After stepping in for the resting Pat Cummins in game two at the SCG in his usual cool and calm manner, there’s no reason why Josh Hazlewood shouldn’t get more chances to lead Australia in the white-ball formats when they pop up.

As one of the very few players assured of a start in the T20 side, he should be handed the captaincy of that team when Finch formally retires or is told to do so. 

There are no T20 matches scheduled for Australia again until next August so they can focus on the 50-over format but the 31-year-old fast bowler could be the best option for the next few years before Cameron Green is experienced enough to take the helm.

Second spin spot still up for grabs

Ashton Agar went wicketless in his two matches and the selectors will likely persist with him more often than not between now and when the World Cup squad is announced but he has left the door slightly ajar for another tweaker to jump the queue.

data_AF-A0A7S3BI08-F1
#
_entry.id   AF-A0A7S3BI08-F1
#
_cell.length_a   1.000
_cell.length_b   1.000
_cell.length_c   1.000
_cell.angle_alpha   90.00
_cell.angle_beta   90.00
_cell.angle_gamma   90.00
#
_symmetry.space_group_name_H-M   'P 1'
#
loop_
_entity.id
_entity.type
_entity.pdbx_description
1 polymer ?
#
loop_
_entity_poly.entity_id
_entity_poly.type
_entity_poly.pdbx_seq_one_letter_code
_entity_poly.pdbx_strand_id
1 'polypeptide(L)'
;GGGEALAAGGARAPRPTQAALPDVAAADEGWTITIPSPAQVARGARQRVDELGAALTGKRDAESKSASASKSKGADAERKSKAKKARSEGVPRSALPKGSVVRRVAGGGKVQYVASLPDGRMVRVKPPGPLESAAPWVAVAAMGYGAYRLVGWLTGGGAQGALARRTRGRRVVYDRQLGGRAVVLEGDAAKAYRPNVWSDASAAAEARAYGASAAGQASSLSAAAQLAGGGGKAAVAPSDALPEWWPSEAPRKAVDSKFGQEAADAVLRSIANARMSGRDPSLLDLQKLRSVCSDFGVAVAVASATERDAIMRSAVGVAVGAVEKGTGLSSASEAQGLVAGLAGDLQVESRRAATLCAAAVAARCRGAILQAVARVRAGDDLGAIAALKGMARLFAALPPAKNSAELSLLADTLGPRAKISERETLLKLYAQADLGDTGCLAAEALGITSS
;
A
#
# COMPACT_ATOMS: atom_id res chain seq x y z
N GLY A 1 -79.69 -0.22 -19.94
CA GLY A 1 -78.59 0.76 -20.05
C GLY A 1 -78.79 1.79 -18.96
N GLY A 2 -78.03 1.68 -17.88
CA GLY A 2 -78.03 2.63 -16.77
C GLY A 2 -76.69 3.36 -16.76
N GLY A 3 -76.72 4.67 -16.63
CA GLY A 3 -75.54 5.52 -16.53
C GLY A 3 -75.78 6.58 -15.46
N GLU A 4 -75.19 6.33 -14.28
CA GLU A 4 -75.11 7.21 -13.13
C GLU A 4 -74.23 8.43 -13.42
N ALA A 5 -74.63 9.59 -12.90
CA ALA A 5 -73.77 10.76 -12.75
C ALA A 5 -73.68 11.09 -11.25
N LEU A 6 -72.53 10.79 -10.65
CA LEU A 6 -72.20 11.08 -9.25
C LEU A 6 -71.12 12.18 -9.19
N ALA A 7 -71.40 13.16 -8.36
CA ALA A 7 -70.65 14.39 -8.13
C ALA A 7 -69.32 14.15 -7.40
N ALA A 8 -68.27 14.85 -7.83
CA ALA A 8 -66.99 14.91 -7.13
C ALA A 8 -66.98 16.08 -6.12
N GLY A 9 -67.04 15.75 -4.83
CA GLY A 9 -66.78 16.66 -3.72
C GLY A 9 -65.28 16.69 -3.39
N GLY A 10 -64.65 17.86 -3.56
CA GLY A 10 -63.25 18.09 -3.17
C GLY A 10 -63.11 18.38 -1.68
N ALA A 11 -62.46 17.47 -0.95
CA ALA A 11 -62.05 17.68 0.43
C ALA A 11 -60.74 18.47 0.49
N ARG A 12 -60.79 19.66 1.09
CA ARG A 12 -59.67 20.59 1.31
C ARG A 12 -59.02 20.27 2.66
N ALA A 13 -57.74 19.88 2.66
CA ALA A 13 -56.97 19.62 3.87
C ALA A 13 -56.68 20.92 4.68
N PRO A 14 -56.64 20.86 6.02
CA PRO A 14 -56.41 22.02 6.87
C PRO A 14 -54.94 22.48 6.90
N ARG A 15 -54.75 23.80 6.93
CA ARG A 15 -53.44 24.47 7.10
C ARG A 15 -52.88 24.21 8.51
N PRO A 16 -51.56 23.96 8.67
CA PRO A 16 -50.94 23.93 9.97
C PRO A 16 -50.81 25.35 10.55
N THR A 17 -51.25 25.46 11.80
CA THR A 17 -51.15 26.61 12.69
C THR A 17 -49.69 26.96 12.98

The Aussies are not due to play another ODI until the trip to India in February-March so it’s likely another spinner or two like Matt Kuhnemann or Mitchell Swepson could get a trundle on that tour to audition for the role of Adam Zampa’s understudy.

Zampa’s Test potential shouldn’t be ignored

The 30-year-old from the NSW South Coast is ranked 15th in the ICC ODI bowler rankings, second among leg spinners behind Rashid Khan. He starred with 3-55 in Adelaide, 4-45 in Sydney and then bagged 4-31 at the MCG. 

He’s up to 127 wickets in 76 ODIs for his career (14th overall) and has just Brad Hogg (142) and Shane Warne (291) ahead of him on the all-time list of Aussie spinners.